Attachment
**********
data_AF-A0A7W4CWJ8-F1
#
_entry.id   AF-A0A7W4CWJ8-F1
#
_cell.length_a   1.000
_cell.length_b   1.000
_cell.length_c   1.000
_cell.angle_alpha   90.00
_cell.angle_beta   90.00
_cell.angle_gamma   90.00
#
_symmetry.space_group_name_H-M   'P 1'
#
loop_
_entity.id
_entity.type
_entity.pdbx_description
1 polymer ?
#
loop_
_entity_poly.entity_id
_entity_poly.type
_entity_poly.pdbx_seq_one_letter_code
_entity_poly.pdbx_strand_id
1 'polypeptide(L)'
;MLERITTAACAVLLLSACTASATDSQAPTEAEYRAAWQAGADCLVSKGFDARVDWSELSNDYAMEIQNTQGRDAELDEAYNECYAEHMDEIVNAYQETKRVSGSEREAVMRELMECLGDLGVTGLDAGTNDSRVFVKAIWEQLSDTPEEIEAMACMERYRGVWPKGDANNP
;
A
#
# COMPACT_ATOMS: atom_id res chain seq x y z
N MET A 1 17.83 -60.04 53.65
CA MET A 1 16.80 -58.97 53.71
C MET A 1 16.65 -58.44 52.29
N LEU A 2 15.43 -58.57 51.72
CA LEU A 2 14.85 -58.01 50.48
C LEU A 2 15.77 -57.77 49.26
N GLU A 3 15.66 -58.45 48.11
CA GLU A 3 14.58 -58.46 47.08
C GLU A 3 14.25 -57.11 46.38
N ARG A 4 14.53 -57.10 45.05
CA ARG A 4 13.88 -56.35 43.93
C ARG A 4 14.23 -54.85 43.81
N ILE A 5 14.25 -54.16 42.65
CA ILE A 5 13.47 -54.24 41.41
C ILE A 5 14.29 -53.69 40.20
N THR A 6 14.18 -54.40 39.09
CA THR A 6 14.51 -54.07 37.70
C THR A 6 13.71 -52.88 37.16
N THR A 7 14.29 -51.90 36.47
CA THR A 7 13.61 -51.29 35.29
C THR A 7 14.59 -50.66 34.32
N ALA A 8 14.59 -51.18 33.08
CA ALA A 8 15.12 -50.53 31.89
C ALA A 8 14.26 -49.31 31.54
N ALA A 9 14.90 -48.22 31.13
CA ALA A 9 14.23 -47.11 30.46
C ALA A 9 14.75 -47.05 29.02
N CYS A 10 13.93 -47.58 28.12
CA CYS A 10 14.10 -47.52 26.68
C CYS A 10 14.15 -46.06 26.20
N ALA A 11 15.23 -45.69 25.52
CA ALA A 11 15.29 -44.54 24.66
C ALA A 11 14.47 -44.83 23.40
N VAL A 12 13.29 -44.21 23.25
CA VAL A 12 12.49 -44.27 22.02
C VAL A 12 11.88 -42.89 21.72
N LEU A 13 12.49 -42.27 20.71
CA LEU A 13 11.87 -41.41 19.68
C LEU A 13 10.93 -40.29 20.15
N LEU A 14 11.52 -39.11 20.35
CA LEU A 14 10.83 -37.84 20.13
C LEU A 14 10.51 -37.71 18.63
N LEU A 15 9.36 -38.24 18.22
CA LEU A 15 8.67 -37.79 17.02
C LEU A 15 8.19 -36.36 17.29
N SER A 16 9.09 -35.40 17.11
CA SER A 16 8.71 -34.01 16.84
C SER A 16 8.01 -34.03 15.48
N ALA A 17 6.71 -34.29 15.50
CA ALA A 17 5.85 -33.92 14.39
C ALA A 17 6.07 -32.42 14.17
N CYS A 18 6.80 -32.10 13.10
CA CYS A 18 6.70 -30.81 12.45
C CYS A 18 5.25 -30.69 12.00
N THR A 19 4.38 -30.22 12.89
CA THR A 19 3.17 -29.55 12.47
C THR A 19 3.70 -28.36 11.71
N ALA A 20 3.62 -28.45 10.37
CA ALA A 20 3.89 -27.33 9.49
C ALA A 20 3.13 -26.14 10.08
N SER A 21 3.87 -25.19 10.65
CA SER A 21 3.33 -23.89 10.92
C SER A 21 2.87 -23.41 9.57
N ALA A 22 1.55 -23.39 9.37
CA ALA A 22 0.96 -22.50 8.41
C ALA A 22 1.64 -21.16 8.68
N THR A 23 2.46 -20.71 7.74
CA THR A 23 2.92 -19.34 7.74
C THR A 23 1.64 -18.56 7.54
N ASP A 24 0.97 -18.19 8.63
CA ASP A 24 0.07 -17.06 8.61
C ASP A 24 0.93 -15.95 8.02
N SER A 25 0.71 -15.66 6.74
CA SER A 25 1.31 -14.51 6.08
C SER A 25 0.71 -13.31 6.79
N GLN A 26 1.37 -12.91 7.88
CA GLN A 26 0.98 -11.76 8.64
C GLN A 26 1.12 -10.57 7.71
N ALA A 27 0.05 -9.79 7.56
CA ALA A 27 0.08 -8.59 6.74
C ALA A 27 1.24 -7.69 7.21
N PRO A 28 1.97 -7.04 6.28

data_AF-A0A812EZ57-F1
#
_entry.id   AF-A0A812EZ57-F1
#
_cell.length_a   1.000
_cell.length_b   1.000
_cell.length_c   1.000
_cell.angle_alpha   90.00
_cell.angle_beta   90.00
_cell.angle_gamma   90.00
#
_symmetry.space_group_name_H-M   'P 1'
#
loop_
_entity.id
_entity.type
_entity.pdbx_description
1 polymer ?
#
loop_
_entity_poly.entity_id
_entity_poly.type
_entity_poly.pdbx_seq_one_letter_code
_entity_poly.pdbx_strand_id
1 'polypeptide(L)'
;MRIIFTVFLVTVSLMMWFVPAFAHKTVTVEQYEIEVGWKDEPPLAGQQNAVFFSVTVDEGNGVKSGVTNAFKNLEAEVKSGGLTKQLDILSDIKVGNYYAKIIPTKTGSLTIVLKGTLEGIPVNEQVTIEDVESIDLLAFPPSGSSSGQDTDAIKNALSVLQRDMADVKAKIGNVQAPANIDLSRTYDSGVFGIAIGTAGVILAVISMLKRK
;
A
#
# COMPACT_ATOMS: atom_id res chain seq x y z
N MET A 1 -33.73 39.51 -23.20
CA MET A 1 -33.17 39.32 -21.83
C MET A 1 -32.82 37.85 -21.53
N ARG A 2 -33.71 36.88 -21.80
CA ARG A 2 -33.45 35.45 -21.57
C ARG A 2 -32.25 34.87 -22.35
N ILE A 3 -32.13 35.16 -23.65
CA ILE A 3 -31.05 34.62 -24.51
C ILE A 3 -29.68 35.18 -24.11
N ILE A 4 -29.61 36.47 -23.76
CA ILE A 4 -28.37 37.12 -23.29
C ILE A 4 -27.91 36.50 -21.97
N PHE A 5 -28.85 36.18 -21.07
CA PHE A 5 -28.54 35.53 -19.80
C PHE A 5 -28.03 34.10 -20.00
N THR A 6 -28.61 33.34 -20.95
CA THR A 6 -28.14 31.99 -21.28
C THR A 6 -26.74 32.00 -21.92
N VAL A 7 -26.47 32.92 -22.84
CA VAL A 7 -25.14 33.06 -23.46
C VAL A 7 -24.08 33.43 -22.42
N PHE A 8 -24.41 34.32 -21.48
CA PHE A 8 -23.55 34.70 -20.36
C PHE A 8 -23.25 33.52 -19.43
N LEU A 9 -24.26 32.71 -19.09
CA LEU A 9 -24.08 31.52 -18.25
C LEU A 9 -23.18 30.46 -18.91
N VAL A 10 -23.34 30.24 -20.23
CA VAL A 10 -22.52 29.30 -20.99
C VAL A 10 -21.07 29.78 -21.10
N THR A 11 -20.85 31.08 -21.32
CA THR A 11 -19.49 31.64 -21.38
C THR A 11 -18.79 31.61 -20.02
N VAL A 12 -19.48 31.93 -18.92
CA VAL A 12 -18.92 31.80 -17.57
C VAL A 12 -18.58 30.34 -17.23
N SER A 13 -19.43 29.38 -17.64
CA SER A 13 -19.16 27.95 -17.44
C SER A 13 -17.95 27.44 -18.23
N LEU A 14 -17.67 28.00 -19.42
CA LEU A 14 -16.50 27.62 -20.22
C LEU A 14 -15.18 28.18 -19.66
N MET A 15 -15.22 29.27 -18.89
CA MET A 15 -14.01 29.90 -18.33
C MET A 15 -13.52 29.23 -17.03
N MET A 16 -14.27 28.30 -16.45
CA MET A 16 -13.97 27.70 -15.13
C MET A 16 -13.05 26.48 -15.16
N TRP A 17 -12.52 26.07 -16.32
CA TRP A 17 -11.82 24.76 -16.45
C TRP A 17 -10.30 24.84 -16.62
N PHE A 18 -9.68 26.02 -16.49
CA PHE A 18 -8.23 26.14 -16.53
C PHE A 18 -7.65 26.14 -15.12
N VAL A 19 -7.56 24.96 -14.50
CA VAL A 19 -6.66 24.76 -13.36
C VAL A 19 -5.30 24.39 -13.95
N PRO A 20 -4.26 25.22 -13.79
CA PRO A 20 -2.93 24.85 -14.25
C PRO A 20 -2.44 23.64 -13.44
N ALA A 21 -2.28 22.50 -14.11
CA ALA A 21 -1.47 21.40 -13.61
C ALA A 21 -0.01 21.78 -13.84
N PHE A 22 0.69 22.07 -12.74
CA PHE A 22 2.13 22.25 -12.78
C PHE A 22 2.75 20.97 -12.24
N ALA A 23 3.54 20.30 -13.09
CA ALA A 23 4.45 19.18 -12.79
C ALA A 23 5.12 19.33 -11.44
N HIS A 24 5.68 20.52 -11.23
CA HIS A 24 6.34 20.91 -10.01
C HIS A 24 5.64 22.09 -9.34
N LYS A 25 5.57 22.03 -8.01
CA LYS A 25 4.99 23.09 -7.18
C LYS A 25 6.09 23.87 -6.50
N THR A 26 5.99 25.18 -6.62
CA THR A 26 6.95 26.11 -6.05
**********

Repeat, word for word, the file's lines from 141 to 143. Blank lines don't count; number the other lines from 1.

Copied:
#
# COMPACT_ATOMS: atom_id res chain seq x y z
N MET A 1 -33.73 39.51 -23.20